Reviewed by Kevin Hodgson
It is no surprise to anyone who knows me as an educator that I am intrigued by the possibilities of games as pivot points for learning opportunities.
Not necessarily the trendy “gamification” of the classroom, where the learning environment taps into game dynamics for student motivation, but more the use of games themselves: the designing and playing of games as unique learning experiences.
So when I heard about John Hunter and his World Peace Game, I was intrigued.
His book, World Peace and Other 4th Grade Achievements, is a rich and informative complement to his popular TED talk on the same topic: exploring the ins and outs, with stories of students in the classroom, of a complicated game that Hunter (a teacher in Albemarle County, VA) designed in which students must solve 50 complex and interlocking problems facing the “world” in order to collaboratively achieve peace.
Interestingly, it was Hunter’s pacifism that led to the creation of the World Peace Game, where conflict is often at the center of the action. He wanted experiential learning that might replicate the complex nature of the global stage, and built World Peace Game along those lines.
I won’t do justice to explaining all the intricacies of Hunter’s elaborate game, which can take weeks to play. Essentially, he constructed a multi-layer game board that represents land, sky, space and underwater domains. Students are part of diplomatic groups with “countries” to oversee.
As Hunter introduces “problems,” the game unfolds as countries balance security of their own lands and citizens, with the fragility of the larger world. Some countries are rich. Some are poor. There are mercenaries, hidden saboteurs, United Nations intermediaries, and more. War, famine, natural catastrophes, dwindling resources, and more all come into play during the course of the World Peace Game. A weather goddess, using coins for probability, determines the fate of many of the actions of the game.
More about the book
Hunter’s narrative in this book is built around the elements of game play that he has noticed over decades of playing and adapting the game to different situations – from his own fourth grade classroom (he is now retired from teaching) to various international youth conferences to after-school programs for gifted students. The Seven Stages of Play, as Hunter sees it, are:
- Overload and Confusion
- Personal Understanding
- Application of Understanding
The chapters in World Peace move along this somewhat linear progression, as Hunter describes the game in action by focusing on the stories of students who have played the game.
There are students whose actions led to near ecological destruction of the world, only to be saved by the collaborative generosity, and forgiveness, of others. There are students whose meek natures are suddenly transformed by the responsibility of the game itself. There are students who make the connection between individual actions and collective needs. Some students see the “bigger picture” of all the interlocking problems and solutions while others struggle at every turn.
There are many stories where Hunter expresses concern that the entire game will take a wrong turn at any given moment, particularly when war is on the horizon, and the class will not “win” together by achieving peace and stability, only to be reminded again and again of the generosity of spirit and creativeness of young people. There has never been a World Peace Game where the game has not been won, according to Hunter.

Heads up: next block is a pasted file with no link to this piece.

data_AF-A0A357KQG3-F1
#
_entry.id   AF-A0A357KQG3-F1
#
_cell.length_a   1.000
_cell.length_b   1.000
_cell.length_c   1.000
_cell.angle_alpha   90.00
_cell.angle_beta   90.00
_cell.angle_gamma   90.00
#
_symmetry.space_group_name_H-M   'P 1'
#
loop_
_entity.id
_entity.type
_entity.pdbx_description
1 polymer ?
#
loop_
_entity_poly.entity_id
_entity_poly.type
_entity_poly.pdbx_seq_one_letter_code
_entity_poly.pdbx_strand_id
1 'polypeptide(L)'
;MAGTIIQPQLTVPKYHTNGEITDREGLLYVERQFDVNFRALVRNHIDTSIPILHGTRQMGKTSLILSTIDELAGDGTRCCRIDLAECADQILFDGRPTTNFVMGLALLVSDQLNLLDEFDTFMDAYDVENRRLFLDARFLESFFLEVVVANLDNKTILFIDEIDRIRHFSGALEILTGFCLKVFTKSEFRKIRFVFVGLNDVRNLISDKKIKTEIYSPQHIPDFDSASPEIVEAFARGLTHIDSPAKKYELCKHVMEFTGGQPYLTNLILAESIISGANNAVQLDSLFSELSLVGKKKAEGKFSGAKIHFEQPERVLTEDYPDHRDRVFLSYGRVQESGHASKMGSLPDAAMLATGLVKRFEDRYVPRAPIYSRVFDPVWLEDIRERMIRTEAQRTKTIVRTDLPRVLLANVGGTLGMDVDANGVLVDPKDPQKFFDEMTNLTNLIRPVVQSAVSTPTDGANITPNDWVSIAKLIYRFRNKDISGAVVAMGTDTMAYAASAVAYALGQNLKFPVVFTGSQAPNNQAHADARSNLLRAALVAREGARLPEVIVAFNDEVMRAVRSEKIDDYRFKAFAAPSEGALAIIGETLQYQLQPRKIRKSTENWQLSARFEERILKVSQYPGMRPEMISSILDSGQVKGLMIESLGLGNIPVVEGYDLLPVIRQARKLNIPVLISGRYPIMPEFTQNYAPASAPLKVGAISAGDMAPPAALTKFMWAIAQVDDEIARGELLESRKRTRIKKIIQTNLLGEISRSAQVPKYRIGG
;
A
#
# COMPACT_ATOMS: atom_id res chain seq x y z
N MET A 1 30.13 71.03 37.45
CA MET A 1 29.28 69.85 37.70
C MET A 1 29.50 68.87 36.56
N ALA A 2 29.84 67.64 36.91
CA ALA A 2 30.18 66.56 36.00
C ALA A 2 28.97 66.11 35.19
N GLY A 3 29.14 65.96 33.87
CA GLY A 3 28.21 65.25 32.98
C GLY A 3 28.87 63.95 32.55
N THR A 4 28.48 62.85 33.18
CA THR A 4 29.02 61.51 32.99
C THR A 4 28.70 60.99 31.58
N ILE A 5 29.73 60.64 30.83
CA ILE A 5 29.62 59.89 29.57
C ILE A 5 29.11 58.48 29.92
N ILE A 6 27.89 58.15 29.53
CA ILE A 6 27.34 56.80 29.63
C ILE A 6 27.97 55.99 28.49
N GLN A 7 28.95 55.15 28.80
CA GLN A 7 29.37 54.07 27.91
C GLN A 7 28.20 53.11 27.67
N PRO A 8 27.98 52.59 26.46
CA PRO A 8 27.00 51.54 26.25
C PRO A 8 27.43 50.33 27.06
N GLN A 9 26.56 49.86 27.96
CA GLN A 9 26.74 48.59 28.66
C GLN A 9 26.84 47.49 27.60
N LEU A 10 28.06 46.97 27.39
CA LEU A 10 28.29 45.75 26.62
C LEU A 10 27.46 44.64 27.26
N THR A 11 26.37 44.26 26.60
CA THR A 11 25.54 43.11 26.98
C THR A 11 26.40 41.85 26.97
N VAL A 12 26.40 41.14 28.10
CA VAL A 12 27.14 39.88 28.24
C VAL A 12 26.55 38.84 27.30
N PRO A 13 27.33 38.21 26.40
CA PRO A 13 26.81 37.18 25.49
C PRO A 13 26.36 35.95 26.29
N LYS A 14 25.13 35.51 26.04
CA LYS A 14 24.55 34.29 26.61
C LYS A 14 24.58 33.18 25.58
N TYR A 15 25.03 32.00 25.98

Playing the game
Hunter’s book does not give a play-by-play of how to bring the game into your own classroom. And this might be because Hunter oversees a foundation that works and consults with schools and organizations and because you can purchase a documentary video about Hunter and the game.
Instead, the book provides a larger perspective, and deeper meaning, of why playing the World Peace Game is a unique learning experience unlike any other. Hunter does not shy away from the tension between this kind of classroom activity and the days of standardized testing and assessments, but he makes the case that the critical thinking and compassion skills that surface in the game are long-reaching and impactful.
Hunter wisely includes some letters from former students who wrote to him years after playing the game as evidence of his assertion that the game makes a difference.
Interestingly, Hunter focuses on two main overarching themes: empty space and Sun Tzu’s The Art of War. The emptiness is a reminder to himself that he must allow his students time and space to make decisions. He never provides the “solution” to the game’s problems, only probing questions.
In an age when the “correct answer” is expected, Hunter’s openness towards inquiry is a refreshing reminder of how discovery of knowledge is what lasts. And he uses The Art of War as a text with students, as a sort of philosophical touchstone on ways to approach conflict, and find solution.
I am left with a question of my own: Could I adapt some version of this World Peace Game for my sixth graders? Perhaps, with modifications, and within context of the very tensions that Hunter grapples with around learning and curriculum expectations. But an educator friend of mine did a modified version of the game with her students, and I am inspired by her experience.
Maybe I will roll the dice …
Kevin Hodgson is a sixth grade teacher in Southampton, Massachusetts, and is the outreach co-director with the Western Massachusetts Writing Project. Kevin blogs regularly at Kevin’s Meandering Mind and tweets more often than is healthy under his @dogtrax handle. Kevin writes for Middleweb at his Working Draft blog.